The loblolly pine is native to the southern United States and is famously used for timber and turpentine as well as for its beauty in the landscape. It’s also called the Frankincense pine because of the fragrance of its bark.
The loblolly grows to between 90 and 100 feet tall with a 45 to 50-foot spread. It is usually shorter when it’s cultivated and may only grow to around 50 feet tall. It is a fast grower and can grow as much as 25 inches per year. It does best in hardiness zones 6 to 9. It is a hardy tree and can be seen taking over land with poor soils.
Like other pines, the loblolly is an evergreen, which means it does not drop its needles all at once in the fall. The needles of this beautiful pine come three to a sheath and are 6 to 9 inches long and bright green. They are just slightly twisted and have tiny teeth. They have resin canals and come to a point. The cones are oval, 3 to 5 inches long, light brown with a substantial base and slightly bent prickles. The seed the cones produce is 1/4 inch long, dark brown and mottled with black with 1/4 inch long wings.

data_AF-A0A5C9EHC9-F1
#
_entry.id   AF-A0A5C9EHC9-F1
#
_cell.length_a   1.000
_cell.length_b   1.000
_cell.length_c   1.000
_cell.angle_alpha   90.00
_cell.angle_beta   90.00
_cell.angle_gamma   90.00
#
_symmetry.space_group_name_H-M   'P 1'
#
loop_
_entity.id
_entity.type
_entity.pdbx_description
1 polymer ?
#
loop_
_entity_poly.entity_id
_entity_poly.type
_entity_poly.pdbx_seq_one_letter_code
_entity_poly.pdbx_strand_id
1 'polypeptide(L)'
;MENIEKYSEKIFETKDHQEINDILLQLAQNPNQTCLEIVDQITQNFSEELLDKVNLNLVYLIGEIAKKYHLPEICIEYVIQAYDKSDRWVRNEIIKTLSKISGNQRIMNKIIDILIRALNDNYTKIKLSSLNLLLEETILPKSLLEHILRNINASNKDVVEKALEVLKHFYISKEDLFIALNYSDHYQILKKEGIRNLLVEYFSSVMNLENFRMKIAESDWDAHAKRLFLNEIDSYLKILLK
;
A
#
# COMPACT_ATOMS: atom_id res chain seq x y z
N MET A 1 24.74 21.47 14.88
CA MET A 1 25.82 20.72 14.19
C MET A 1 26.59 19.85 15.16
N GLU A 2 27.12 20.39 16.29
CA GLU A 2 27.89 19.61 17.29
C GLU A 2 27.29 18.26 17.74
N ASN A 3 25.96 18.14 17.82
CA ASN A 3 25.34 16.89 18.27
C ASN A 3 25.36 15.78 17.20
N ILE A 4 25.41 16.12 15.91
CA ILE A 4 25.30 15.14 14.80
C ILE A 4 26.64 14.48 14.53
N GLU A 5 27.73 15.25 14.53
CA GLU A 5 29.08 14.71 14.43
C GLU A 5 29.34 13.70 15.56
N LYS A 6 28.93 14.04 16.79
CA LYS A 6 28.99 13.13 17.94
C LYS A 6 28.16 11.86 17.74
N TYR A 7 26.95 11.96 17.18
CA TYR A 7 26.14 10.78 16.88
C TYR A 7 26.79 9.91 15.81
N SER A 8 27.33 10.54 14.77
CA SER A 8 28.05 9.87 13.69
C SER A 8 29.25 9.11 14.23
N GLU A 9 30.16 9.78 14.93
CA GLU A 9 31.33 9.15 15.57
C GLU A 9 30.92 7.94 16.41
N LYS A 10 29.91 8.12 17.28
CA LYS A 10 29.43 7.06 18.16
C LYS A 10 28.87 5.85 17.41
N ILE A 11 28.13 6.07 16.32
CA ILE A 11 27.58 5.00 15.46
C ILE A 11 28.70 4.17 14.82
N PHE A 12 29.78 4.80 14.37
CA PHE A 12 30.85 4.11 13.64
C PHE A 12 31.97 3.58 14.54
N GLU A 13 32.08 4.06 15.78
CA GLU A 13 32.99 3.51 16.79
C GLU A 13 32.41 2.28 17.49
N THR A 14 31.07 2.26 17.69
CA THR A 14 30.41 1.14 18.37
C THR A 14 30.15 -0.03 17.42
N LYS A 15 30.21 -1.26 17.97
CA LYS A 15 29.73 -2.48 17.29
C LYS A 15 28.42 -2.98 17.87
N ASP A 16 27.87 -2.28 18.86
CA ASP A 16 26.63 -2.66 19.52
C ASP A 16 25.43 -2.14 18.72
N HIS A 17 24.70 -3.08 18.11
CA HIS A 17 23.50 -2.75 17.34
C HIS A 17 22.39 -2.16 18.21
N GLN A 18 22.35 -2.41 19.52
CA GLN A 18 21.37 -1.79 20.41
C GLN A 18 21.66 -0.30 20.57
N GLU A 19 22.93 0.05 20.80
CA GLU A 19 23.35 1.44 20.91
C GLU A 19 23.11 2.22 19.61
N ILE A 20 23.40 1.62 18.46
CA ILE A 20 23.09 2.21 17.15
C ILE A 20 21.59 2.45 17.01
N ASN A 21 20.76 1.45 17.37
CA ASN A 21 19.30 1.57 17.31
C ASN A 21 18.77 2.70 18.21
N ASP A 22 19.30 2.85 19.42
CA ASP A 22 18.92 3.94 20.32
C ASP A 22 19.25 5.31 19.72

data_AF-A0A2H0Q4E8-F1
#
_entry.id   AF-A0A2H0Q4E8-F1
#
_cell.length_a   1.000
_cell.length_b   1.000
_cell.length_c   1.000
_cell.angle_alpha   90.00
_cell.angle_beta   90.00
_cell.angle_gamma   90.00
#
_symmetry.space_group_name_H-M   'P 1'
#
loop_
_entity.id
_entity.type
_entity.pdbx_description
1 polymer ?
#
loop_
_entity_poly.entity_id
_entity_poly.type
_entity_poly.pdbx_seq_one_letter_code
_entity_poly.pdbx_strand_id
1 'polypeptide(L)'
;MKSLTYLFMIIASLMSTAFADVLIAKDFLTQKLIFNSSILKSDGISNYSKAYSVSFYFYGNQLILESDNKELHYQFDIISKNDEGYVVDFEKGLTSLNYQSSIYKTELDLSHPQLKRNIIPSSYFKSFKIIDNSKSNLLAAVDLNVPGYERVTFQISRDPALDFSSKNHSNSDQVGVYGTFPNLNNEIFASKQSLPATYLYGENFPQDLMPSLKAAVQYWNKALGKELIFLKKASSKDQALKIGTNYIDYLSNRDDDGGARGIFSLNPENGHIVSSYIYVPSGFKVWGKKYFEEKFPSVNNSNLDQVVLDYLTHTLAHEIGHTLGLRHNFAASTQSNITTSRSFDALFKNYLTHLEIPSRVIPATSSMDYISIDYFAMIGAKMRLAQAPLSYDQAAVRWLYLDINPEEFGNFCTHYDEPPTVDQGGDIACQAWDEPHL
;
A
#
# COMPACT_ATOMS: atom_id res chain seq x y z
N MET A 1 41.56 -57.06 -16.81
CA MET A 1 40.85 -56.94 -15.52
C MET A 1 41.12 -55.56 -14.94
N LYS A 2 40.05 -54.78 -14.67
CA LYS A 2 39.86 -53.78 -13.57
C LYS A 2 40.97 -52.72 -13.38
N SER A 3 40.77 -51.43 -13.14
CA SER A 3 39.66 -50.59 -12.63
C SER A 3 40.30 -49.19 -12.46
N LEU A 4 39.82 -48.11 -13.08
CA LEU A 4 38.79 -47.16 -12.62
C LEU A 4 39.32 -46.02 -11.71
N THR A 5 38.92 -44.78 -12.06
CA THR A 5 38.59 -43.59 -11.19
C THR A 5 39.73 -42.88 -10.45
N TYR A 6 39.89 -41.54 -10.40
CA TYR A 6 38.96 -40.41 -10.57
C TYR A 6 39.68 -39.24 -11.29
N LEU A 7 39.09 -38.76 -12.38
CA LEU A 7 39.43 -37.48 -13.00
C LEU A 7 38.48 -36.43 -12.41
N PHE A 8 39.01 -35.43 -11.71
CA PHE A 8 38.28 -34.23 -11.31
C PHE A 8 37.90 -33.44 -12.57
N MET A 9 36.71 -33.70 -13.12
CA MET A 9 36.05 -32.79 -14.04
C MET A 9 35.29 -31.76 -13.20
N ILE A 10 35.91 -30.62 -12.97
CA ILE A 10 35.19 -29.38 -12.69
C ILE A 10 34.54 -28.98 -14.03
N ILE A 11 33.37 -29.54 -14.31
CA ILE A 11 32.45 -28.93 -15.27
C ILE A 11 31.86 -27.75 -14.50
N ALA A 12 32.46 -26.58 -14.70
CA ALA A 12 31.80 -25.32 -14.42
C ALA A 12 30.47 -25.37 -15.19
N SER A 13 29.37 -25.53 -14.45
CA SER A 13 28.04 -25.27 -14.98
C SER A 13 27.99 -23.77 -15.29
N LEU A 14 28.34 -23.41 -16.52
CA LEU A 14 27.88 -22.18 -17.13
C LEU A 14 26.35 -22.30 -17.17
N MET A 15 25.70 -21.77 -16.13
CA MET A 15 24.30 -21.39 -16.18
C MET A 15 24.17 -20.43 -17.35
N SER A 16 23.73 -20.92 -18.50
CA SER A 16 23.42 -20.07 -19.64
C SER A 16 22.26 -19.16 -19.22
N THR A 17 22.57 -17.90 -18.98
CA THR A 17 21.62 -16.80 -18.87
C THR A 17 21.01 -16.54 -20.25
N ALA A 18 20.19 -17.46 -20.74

The younger branches of the loblolly are yellowish brown and ridged, and the bark is reddish brown or grayish with irregular fissures. The trunk is straight, and as it grows the tree loses its bottom branches. The crown is dense and round.
The loblolly needs full sun, heat and high humidity. It likes wet soil and is an excellent specimen to plant in a rain garden. It gets its common name from a sailor’s term for a water spoon or the southern term for a mud hole. Since the loblolly pine keeps most of its leaves throughout the year, it provides color to a garden in winter. It also tolerates deer. Our company is pleased to sell bare root specimens of this magnificent tree.